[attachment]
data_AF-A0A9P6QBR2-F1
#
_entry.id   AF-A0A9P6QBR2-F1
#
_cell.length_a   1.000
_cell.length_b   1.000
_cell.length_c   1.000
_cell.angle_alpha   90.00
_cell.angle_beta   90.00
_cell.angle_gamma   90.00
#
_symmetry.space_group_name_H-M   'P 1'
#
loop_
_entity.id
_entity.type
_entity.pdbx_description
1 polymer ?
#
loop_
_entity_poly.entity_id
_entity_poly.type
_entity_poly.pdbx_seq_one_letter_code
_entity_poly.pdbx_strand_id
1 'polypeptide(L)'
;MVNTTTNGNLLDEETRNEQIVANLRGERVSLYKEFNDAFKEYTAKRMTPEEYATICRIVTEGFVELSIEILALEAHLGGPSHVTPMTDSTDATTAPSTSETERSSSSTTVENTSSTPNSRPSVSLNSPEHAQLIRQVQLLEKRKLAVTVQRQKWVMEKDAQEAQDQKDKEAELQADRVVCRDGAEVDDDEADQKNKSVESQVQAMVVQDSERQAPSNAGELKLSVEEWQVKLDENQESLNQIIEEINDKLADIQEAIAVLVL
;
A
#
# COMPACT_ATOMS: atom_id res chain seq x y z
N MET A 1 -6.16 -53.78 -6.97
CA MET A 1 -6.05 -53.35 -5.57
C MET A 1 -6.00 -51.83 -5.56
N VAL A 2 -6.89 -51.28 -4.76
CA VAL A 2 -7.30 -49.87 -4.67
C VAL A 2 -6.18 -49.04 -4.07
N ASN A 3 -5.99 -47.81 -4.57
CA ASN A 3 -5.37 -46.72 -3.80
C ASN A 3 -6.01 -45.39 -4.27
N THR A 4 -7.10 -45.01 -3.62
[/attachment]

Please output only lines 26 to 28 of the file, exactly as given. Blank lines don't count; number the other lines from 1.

;MVNTTTNGNLLDEETRNEQIVANLRGERVSLYKEFNDAFKEYTAKRMTPEEYATICRIVTEGFVELSIEILALEAHLGGPSHVTPMTDSTDATTAPSTSETERSSSSTTVENTSSTPNSRPSVSLNSPEHAQLIRQVQLLEKRKLAVTVQRQKWVMEKDAQEAQDQKDKEAELQADRVVCRDGAEVDDDEADQKNKSVESQVQAMVVQDSERQAPSNAGELKLSVEEWQVKLDENQESLNQIIEEINDKLADIQEAIAVLVL
;
A